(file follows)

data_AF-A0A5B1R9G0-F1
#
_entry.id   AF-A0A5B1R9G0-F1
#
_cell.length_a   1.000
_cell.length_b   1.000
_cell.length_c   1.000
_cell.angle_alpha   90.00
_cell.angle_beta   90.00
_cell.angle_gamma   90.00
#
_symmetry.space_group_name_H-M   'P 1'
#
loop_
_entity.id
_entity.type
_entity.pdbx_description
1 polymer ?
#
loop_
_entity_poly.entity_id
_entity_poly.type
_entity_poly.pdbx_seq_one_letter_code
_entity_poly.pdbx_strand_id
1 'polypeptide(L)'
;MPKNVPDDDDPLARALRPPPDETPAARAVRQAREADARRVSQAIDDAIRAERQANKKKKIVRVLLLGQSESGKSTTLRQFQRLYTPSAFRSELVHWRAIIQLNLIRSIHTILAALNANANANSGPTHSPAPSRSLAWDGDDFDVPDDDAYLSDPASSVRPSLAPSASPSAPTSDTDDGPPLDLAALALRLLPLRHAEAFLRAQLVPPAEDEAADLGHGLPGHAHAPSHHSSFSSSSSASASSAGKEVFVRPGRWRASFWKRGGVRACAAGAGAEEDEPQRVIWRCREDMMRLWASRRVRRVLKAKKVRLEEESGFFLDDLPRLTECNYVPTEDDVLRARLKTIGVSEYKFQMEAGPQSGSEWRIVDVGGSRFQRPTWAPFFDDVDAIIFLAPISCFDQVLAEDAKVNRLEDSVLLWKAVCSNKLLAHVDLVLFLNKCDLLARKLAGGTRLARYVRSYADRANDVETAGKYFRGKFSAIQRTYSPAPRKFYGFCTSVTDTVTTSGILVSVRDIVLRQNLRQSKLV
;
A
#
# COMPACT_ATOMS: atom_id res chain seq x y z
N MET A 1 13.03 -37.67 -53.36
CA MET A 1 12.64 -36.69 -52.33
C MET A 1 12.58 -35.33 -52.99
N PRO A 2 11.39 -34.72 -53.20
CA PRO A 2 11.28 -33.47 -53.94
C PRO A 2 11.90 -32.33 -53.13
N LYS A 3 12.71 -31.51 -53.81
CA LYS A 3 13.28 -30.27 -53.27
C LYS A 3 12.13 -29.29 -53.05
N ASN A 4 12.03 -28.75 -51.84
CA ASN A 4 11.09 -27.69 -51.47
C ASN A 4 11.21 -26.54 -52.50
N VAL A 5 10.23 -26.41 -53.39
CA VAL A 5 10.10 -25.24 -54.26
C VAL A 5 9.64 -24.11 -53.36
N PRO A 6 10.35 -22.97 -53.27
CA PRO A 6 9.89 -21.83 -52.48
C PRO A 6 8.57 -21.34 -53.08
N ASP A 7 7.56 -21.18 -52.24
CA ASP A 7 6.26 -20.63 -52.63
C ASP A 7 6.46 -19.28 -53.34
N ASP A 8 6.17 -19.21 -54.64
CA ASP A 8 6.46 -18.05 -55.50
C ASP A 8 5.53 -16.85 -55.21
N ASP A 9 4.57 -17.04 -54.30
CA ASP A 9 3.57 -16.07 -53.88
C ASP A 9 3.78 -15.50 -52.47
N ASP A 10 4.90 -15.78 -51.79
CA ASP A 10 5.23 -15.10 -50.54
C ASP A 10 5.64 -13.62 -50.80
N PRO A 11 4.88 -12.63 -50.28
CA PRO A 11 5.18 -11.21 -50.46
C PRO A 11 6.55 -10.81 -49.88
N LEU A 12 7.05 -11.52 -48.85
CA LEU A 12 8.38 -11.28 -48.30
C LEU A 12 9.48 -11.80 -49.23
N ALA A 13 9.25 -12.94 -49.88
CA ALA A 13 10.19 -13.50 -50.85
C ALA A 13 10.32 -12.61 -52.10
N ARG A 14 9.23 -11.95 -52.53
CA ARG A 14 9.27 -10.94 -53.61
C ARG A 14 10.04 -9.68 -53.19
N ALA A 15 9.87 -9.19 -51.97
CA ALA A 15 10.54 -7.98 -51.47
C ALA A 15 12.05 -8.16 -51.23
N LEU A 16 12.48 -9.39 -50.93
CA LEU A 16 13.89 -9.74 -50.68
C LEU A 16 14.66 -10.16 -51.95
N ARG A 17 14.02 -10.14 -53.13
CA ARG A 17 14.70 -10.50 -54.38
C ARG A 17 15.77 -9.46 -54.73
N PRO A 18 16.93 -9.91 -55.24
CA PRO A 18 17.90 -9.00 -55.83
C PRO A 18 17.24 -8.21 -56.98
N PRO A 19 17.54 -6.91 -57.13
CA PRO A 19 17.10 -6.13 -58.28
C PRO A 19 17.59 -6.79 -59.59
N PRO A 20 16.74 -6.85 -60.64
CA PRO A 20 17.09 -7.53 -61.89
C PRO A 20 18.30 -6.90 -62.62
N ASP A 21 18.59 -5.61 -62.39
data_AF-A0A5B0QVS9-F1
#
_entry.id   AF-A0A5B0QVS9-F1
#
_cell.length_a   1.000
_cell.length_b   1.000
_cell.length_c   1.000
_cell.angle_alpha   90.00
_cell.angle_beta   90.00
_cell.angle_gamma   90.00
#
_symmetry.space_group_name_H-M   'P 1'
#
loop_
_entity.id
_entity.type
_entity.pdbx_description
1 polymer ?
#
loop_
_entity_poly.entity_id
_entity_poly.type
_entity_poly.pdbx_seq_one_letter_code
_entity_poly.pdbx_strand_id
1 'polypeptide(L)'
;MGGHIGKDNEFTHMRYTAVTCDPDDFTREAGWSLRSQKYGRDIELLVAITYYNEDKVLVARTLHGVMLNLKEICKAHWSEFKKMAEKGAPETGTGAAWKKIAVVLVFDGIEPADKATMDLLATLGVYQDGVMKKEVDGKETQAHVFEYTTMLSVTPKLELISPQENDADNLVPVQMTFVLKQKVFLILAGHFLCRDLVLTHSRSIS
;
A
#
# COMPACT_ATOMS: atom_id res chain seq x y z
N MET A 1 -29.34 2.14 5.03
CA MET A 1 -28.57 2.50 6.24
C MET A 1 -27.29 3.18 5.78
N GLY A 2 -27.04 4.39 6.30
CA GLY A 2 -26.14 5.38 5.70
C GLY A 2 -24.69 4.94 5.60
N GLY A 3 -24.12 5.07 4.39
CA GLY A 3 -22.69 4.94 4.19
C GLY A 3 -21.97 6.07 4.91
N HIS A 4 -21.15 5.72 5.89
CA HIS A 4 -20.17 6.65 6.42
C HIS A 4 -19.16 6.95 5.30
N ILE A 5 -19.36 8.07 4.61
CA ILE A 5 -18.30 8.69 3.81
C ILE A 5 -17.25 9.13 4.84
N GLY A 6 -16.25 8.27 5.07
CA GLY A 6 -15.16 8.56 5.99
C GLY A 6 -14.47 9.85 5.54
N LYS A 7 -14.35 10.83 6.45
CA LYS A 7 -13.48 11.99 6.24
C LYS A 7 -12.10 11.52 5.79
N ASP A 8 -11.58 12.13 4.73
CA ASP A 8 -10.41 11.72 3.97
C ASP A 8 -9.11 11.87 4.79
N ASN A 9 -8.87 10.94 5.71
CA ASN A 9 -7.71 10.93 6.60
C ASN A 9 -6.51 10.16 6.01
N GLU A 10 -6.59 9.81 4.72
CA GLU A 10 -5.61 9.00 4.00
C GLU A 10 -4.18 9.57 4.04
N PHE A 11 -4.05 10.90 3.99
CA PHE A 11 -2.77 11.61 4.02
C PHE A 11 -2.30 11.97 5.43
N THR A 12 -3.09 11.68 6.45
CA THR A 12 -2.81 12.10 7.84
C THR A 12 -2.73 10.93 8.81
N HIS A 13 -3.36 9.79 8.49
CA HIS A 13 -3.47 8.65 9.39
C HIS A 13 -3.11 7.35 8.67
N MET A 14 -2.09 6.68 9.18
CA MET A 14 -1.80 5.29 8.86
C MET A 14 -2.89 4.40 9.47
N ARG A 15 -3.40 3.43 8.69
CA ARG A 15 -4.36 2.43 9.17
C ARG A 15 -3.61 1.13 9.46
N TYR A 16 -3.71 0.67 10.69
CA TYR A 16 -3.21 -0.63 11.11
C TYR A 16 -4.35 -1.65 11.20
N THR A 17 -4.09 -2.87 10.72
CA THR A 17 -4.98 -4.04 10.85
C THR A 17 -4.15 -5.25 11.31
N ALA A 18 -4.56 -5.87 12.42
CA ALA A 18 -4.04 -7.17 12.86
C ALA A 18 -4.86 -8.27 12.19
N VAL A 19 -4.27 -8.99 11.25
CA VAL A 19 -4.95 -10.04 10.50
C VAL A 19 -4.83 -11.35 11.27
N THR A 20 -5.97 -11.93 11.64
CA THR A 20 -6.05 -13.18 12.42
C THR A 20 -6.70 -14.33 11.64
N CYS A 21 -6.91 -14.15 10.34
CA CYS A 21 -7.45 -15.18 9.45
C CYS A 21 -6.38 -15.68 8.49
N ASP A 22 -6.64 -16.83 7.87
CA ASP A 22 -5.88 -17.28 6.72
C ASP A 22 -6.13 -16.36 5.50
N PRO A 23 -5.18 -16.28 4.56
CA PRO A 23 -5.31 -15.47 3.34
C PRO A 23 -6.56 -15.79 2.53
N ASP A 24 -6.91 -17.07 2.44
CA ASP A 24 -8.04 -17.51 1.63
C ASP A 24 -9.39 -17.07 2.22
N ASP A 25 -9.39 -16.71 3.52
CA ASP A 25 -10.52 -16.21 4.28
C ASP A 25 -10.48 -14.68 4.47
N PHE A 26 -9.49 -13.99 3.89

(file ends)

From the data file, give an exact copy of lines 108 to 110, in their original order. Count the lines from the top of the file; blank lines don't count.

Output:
_entity.pdbx_description
1 polymer ?
#